Program Schedule

Friday, June 8, 2012
11:30am Registration
12:00pm Section NeXT Lunch
Section NeXT Lecture
Executive Committee Meeting
Palindromes and other Good Questions

Christine von Renesse, Westfield State University

Abstract: What kind of questions or mathematical problems can we use to motivate students to engage in thinking deeply? Questions that can be investigated from elementary school through College and be rich on every level? Questions that can be solved in different ways and also connect to many areas of mathematics and life? Questions that allow the students to discover all the answers themselves?

In the project “Discovering the Art of Mathematics” we develop activities based on good questions. The topics range from Games, Music and Dance through Geometry, Calculus, Number Theory and Knot theory. While the target audience is liberal arts students the materials have been used successfully with mathematics majors and future teachers.

In this talk you will be engaged in exploring the example of musical palindromes. While palindromes are clearly defined in language it turns out to be not quite as simple for rhythms - and the arising conflict leads to many interesting mathematical questions and connections. Many of the questions were raised and then solved by students at Westfield State University in our Mathematics Exploration class. Of course, you will have a chance to answer some of the questions yourself during the talk. 

The series of books “Discovering the Art of Mathematics” is being developed under a CCLI NSF grant and supported by Harry Lukas. See

A President, A. Partridge, and Practical Mathematics

Dick Jardine, Keene State College

Abstract: One of our founding fathers was also one of our young nation’s significant scientists, well-versed in mathematics. This presentation reviews a correspondence between Thomas Jefferson and a native New Englander about mathematical methods for calculating the elevation of mountains. The exchange between these two men actively engaged in “practical mathematics” during the Jeffersonian era includes application of geometry, trigonometry, and the calculus suitable for inclusion in undergraduate calculus, differential equations, and history of mathematics courses. Should time permit, there will also be a brief discussion of other American mathematicians of the Jeffersonian period.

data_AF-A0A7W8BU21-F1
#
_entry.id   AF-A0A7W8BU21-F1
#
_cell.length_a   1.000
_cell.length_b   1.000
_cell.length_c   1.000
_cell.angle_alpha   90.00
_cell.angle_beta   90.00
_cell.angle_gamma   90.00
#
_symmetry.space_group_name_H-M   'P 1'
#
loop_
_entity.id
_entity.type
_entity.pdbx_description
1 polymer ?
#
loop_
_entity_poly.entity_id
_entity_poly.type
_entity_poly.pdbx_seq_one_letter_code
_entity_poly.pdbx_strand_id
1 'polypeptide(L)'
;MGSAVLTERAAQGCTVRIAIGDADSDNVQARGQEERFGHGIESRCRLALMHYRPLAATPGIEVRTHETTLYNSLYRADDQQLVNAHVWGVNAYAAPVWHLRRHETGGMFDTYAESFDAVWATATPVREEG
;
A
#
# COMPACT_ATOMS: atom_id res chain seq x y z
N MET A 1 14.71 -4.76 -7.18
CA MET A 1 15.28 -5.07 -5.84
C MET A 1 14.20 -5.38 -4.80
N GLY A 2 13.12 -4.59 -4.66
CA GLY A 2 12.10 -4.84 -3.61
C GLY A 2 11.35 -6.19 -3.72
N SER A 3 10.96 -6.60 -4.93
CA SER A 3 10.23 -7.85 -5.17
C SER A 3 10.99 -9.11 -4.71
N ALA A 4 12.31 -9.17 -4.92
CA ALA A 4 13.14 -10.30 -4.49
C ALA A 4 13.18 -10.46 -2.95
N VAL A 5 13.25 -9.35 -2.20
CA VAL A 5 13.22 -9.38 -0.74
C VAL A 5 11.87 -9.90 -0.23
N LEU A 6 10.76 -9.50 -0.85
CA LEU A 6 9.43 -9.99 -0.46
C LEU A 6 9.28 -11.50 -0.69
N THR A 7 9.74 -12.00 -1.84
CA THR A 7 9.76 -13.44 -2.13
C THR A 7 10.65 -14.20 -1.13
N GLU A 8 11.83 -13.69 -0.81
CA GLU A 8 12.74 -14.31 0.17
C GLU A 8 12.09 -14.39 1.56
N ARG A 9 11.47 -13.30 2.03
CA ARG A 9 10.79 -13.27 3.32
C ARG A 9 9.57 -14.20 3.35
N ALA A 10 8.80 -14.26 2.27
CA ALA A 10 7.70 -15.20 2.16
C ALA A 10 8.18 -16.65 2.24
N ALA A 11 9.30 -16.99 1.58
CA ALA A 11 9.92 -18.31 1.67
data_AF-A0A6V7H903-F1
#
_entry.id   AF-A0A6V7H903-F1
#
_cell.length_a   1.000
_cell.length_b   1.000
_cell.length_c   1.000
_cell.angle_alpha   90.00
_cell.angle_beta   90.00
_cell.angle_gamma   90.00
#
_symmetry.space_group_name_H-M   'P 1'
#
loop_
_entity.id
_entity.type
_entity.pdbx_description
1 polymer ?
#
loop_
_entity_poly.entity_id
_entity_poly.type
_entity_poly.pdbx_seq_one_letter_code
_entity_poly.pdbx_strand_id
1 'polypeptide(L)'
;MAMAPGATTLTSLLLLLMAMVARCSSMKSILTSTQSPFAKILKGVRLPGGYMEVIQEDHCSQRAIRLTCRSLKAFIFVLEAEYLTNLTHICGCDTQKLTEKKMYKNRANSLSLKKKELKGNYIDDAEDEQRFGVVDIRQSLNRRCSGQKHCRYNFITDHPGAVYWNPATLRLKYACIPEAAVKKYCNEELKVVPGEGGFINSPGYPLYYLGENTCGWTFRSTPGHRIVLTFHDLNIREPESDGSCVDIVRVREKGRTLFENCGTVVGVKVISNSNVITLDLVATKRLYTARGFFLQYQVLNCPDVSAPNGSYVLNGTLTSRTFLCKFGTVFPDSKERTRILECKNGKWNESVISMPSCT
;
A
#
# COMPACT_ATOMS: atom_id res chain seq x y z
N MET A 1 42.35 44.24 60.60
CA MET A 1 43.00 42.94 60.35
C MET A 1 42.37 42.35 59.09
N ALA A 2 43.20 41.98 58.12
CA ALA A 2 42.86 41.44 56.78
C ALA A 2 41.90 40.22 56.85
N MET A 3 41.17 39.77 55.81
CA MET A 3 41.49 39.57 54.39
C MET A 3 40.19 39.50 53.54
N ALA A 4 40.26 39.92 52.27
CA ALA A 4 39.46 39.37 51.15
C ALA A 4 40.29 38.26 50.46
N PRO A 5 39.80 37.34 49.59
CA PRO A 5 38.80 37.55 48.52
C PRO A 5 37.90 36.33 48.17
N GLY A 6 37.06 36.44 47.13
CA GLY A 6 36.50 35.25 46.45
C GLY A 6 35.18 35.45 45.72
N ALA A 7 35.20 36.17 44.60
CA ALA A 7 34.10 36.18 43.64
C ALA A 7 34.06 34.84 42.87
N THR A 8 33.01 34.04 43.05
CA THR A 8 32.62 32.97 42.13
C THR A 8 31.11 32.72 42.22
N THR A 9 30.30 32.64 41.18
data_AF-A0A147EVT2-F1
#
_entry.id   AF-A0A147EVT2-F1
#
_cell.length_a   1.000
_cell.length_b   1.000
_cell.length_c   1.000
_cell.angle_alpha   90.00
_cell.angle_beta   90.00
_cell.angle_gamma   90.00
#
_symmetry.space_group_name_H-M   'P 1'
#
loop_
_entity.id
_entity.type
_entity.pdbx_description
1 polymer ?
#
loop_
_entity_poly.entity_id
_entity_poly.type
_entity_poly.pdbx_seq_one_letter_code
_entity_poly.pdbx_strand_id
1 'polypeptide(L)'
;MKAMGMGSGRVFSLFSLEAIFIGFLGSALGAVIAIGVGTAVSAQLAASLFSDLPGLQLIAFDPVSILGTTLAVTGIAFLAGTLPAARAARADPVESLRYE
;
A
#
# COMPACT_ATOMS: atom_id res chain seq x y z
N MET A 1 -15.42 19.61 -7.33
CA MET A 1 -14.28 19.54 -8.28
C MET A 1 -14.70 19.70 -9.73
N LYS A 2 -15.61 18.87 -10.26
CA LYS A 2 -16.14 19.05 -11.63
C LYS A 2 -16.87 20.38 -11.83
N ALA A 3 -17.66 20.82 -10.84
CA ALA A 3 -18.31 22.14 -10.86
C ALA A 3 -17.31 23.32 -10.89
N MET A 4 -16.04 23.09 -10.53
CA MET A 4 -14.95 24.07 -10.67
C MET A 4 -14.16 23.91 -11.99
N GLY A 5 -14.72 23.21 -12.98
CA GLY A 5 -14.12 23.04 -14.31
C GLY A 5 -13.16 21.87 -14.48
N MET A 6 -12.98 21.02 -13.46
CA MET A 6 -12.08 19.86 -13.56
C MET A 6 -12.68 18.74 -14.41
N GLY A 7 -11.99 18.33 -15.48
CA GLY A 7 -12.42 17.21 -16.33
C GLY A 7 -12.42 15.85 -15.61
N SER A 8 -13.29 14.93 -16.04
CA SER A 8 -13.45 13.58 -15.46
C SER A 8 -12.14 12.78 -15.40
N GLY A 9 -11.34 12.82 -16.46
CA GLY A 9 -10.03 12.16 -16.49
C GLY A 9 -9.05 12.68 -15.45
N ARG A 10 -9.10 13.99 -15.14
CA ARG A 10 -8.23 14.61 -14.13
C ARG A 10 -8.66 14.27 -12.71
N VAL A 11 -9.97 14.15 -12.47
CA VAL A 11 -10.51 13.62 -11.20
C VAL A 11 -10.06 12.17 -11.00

Undergraduate Student Talks

Reception and Banquet

Battles Lecture: Factors Influencing College Success in Mathematics: Predicting Success in College Calculus

Phil Sadler, Harvard

Abstract: Succeeding in college calculus carries considerable importance in career decisions as poor performance can prematurely end the pursuit of potential science, technology, engineering, computer science, and health careers. We have studied 10,492 college calculus students' backgrounds in 352 instructors' classrooms at 135 randomly selected 2- and 4-year colleges and universities. We identify predictors of performance while controlling for demographic differences to reveal the relationship between the decisions made by high school mathematics teachers and later success in introductory college calculus. Our study reveals the most common student pathways to college calculus and gauges the specific impact of variety of potentially important factors in later success. These include: taking (AP or non-AP) calculus in high school, taking math for all four years of high school, the teaching practices of mathematics teachers, the role of technology, and the effectiveness of college pre-calculus coursework (and the associated math placement exams.

Saturday June 9th, 2012


12, 5, 6, n Angry Men: Mathematics and the Jury Problem

Jeff Suzuki